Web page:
How to say No.

Last week we slide-tackled “Yes.” We covered off the reasons why many of us are so quick to say yes, and I offered up a few questions you can use to make sure that you use the word Yes more consciously and intentionally. This week we’re making friends with “No.” Here are a couple of strategies I’ve used with success: 


I know that sometimes it’s hard or awkward when you’re caught on the spot with a question or request. Best thing to do? Buy yourself a bit of time to consider your answer.  Give yourself the chance to simmer down and make sure that you really mean to say Yes. In other words, if you feel like you’re under pressure to reply right away, don’t. Politely ask for time to create separation between the question and your answer. Beginning with gratitude helps.

Here are some examples:

  • “Thank you for including me. Let me check my calendar and come back to you.”
  • “That sounds really interesting, thanks for thinking of me. Is it alright if I marinate on that and come back to you?”
  • “Thanks for the invitation! I just need to check in with my family/partner/boss and see whether this is something we can commit to.”
  • I’m so honored that you’ve asked me and I want to consider my answer carefully. May I come back to you with an answer by Monday?”
  • “I’d be so honored to help you but I need to look at my current commitments and make sure that I can show up fully for you. May I come back to you with an answer later today?” 
  • “You know how much you mean to me, and I’m so glad you asked for my help. My plate is so full at the moment so I just need to check in and make sure it’s something I can take on right now. Would it be alright if let you know whether I can help by tomorrow?”
  • “Thanks for thinking of me! Can you please send through some details about what you need to my email? Then I can better understand what you’re looking for.


So what if you’ve marinated on the request and your answer is a No? I think many of us say “Yes” sometimes just because it’s awkard to say no! Amiright?!? Some of us break out in a sweat just thinking about uttering that tiny two-letter word! So, I present to you a little mix-tape of how to say N.O.

  • Soften the blow of your No. Include a posture of appreciation in the way you phrase your no. “Thank you for thinking of me” or “This sounds really amazing” or “I’m honored to be called upon” are a nice way to soften the blow of your No. You’re letting the person know that what they’ve asked for is valid and important.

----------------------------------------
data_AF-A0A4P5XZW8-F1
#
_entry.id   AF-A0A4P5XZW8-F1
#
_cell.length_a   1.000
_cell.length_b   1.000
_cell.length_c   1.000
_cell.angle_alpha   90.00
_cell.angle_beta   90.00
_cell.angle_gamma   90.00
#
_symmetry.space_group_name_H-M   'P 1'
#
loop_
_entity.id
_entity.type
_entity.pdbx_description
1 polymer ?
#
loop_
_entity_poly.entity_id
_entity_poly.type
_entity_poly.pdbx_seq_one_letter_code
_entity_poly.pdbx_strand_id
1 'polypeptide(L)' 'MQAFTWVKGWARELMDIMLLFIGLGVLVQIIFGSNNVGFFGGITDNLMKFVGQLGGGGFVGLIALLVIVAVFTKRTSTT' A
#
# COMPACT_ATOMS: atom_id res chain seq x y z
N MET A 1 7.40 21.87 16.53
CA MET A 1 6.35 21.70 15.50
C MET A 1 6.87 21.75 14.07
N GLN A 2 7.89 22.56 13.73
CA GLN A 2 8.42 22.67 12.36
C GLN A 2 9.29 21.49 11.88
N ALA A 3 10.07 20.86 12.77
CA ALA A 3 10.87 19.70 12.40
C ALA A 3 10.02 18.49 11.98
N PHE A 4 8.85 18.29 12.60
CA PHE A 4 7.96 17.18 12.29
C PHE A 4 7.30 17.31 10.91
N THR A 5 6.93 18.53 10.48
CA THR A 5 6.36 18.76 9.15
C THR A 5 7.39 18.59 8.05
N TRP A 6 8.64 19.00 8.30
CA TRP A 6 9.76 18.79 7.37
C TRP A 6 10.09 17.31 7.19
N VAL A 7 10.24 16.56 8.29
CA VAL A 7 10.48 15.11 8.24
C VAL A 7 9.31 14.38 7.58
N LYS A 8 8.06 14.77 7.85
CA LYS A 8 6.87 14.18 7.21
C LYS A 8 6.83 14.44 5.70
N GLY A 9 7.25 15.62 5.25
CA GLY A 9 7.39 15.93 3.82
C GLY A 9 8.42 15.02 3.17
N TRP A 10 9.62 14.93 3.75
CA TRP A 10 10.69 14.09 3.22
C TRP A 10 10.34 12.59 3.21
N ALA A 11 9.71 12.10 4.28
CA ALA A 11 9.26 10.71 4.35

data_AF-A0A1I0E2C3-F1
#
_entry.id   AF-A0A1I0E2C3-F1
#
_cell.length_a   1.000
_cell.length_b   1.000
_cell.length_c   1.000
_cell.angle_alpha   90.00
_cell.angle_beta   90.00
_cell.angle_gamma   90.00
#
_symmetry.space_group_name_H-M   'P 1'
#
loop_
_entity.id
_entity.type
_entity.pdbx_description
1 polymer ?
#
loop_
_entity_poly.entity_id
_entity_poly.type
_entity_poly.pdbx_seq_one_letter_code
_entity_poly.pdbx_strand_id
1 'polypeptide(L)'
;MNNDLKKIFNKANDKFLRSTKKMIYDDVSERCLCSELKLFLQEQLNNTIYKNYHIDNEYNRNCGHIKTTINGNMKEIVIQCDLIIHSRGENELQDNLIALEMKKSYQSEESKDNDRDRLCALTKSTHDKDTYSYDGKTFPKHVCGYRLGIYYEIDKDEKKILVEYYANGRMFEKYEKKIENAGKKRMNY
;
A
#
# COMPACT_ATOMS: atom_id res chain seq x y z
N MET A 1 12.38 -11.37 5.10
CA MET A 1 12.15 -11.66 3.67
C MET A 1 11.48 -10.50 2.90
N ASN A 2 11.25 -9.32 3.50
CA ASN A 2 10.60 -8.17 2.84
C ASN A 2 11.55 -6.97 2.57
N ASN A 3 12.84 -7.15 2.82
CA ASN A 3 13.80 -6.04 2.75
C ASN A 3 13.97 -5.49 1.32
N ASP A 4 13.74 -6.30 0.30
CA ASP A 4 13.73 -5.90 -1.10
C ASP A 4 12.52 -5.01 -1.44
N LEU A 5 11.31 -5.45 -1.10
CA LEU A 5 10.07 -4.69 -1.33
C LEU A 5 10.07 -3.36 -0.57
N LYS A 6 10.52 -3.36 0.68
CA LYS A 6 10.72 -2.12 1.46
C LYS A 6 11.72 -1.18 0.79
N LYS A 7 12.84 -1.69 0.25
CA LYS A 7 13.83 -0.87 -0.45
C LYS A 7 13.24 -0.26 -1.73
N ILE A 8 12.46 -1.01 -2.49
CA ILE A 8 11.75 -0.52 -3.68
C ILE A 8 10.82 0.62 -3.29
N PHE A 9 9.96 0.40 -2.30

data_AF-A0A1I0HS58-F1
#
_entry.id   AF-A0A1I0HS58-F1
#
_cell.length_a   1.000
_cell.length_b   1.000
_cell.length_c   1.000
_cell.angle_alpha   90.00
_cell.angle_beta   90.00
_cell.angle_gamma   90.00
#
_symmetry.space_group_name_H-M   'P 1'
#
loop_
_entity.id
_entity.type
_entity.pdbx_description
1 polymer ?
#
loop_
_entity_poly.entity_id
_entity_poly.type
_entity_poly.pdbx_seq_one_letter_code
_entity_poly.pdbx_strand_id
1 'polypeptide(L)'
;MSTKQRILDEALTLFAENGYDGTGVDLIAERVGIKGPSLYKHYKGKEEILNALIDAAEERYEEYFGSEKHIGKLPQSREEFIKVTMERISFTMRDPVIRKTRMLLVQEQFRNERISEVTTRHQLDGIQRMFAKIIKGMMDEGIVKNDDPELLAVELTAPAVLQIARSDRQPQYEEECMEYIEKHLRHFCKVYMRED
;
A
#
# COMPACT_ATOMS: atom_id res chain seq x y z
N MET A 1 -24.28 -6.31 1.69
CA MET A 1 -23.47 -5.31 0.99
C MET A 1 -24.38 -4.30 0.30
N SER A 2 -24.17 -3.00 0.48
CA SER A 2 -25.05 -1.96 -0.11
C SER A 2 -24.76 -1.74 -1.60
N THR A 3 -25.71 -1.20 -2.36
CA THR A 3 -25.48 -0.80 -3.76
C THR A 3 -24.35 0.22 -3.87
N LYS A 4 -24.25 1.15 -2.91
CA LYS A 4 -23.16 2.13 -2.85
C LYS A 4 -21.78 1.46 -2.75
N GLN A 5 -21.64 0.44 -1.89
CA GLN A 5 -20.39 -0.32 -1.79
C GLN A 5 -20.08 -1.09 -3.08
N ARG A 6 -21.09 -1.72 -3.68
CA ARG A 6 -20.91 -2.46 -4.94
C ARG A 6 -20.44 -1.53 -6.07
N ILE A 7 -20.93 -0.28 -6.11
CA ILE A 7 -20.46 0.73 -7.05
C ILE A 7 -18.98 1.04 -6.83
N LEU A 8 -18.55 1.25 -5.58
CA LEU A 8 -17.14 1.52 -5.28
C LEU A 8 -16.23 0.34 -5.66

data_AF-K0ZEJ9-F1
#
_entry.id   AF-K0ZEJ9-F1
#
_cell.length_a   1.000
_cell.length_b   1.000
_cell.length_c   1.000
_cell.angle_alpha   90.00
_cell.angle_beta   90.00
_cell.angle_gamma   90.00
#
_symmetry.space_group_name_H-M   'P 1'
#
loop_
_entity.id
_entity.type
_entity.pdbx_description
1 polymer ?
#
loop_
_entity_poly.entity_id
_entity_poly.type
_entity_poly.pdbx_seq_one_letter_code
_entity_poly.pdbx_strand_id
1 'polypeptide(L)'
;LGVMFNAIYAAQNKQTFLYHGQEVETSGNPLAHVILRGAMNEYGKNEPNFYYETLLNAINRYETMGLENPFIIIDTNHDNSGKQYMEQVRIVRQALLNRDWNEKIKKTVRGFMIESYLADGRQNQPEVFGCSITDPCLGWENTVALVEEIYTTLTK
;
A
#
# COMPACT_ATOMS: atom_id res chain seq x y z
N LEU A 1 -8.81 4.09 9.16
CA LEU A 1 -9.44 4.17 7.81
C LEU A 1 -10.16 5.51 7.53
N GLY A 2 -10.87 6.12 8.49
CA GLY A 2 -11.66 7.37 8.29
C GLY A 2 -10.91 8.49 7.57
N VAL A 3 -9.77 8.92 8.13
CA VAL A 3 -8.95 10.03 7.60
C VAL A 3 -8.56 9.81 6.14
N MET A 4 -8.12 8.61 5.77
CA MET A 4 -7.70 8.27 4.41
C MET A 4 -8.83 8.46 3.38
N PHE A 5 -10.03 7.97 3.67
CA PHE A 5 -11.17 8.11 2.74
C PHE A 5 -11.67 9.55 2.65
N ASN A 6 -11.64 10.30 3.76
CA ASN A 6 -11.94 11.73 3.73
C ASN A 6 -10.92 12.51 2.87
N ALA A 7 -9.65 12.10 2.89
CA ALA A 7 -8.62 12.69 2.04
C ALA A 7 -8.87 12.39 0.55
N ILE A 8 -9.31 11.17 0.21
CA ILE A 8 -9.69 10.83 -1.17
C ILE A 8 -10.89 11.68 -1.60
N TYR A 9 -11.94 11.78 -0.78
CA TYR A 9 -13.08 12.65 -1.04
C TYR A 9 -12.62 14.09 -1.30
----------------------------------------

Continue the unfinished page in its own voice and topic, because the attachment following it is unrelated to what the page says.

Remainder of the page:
• Tell the truth. Srsly. You don’t need to make up excuses or tell a white lie. Lay it out there. People are empathetic to the realities of life. And the circumstances of your No can also shed a little light for people – it helps them understand that it’s not personal, it’s practical. Plus, people don’t like you less for saying no, they respect you more for keeping it real. Pssst…If they aren’t empathetic, maybe you should reconsider whether they are someone you want to be in relationship with. Just sayin’. 
  • Explain that you can’t offer what they need. If someone has asked you to commit to something that you really don’t have the resources for, you can politely decline by saying something like this, “Your project sounds really interesting and I am so honoured that you thought of me. That said, at this time, I’m not able to contribute the energy and time that your project deserves.” 
  • Change your perspective. Feel like you’re denying the person by saying No? Flip the script on that. You’re not denying them. You’re creating a space for someone else to say Yes. Someone who is better equipped for the job at hand. Someone with a better set of skills, or more time, or more energy to give. Your No makes way for someone else’s Yes. Can you dig it? Service versus servitude, people. You don’t need to be everybody’s everything. 


I hope these tools serve you and help you become a little more conscious when you say Yes, and a little more confident and comfortable when you say No. 

Now go on, flex that No muscle. Hold space in your life for the Hell Yesses by flexing your No muscle regularly. Practice. The more you use it the more dexterous it will become. 

Have other tips for our tribe? Join the conversation in the comments, we’d love to hear from you! xx

About the author
Caitlin Cady sitting on the beach at dusk and smiling softly at the camera

Caitlin Cady is an author, meditation teacher, and mama of three, on a mission to help you tune into your highest self and live to your full potential.

With certifications in Yoga, Pranayama, Meditation, and Somatic Stress Release, Caitlin’s work has been featured in Women’s Health, Vogue, Marie Claire, and Real Living and her positive perspectives and relatable, playful approach have inspired people across the globe to start living to their full potential.

Signed, Caitlin
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